Ralph Nader's health researchers yesterday petitioned for an immediate sharp reduction in worker exposure to chloroform, a chemical which, they charge, "presents an immediate grave danger of cancer to an estimated 40,000 workers."
The petition from Public Citizen's Health Research Group and the Chicago Area Committe on Occupational Safety and Health to Eula Bingham, assistant secretary of labor for occupational safety and health, asks for an emergency temporary standard that in most cases would forbid occupational exposure. It would require companies to obtain a permit befire using chloroform, and then only in a close-off area.
Chloroform is now mainly used in making fluorocarbon aerosol psopellants. The government recently announced plans to phase out those propellants over a twoyear period to protect the earth's ozone layer, which filters out cancercausing radiation from the sun.
Chloroform is also converted into chemicals used in refrigerants, and is used in the production of paints, plastics, biological drugs and laboratory products. Last year, following a Health Research Group lawsuit, the Food and Drug Administration banned the use of chloroform in cosmetics and drugs. (It was commonly used in cough medicines, toothpaste, liniments, salves and hair tints.)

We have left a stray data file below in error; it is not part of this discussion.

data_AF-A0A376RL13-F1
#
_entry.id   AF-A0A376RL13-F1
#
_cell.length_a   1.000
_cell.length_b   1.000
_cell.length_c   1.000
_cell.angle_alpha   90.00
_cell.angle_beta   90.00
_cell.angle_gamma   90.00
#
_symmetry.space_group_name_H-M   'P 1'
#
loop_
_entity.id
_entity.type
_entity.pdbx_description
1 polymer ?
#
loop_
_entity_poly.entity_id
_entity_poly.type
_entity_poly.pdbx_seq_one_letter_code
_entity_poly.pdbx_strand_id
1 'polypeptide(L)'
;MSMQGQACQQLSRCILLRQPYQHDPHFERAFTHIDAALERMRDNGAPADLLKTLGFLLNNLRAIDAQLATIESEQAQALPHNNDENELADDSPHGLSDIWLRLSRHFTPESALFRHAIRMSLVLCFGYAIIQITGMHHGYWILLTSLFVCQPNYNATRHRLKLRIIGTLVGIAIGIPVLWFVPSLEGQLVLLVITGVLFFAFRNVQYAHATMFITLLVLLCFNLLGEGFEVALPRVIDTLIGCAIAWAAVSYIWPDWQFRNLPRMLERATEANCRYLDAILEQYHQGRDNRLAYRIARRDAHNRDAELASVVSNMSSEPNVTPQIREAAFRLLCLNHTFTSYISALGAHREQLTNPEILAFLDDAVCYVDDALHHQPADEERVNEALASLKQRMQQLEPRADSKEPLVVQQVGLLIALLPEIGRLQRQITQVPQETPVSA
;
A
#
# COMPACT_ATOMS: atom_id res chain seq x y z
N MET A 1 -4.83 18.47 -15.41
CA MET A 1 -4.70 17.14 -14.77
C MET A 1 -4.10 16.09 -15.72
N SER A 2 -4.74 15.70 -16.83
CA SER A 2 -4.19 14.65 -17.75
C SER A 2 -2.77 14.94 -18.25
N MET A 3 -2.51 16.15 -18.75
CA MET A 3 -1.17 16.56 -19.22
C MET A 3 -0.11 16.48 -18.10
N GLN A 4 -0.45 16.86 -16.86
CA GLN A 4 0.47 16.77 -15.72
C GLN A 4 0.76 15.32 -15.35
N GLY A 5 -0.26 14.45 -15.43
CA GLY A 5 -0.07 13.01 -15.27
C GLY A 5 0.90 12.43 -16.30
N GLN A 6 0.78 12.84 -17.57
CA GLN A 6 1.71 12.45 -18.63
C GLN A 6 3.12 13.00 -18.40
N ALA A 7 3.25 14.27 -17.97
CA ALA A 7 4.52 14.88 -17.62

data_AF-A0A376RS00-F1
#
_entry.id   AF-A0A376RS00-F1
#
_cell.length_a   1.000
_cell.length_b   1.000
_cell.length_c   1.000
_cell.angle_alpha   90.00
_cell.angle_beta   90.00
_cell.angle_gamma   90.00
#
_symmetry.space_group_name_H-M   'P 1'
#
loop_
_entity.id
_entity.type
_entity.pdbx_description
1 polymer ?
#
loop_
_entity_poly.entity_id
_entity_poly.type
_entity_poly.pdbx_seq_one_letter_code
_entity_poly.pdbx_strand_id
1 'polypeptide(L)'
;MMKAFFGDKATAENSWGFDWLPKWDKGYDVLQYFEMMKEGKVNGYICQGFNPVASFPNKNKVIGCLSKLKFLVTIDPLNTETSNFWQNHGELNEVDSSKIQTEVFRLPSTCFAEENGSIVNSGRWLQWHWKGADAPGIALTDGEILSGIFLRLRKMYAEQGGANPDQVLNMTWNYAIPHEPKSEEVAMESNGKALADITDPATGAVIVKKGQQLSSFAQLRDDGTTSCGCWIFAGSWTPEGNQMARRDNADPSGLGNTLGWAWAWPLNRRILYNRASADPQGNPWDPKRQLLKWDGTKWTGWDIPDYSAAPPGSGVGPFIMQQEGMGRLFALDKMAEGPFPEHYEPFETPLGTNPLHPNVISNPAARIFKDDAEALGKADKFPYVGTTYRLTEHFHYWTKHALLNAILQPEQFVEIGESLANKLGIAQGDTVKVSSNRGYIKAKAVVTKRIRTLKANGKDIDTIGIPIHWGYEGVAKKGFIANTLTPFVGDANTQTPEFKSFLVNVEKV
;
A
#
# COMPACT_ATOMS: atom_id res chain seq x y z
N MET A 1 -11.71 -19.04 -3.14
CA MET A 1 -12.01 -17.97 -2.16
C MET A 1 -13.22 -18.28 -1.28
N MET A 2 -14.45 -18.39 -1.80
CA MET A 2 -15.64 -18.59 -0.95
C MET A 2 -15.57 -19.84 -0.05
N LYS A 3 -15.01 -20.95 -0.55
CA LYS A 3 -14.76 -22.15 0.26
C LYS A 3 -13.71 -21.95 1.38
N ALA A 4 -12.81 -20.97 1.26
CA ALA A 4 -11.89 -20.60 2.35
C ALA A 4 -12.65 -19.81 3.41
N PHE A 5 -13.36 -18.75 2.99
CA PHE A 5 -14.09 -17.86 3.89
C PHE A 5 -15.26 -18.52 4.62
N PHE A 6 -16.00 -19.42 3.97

This action followed a National Cancer Institute (NCI) study showing that chloroform caused liver and kidney tumors when fed to rats and mice.
The NCI study showed that acute exposure to levels of chloroform - approximately equal to the current work place maximum - induced liver poisoning in mice, and that nearly all mice fed larger doses developed liver cancer.
Workers inhale chloroform rather than ingesting it, but the Health Research Group said government scientists believe that "ingestion and inhalation effects on the kidney and liver."
Chloroform at one time was used as an anesthetic, but rarely is any longer.
A year ago, the National Institute for Occupational Safety and Health (NOISH), recommended that exposure to chloroform in the workplace be drastically reduced.
Bingham said she shared the concern of the Health Research Group and that she was "going to take appropriate action as rapidly as possible." The quickest route is a temporary emergency order putting new standards into effect immdeiately, pending hearings on a permanent regulation.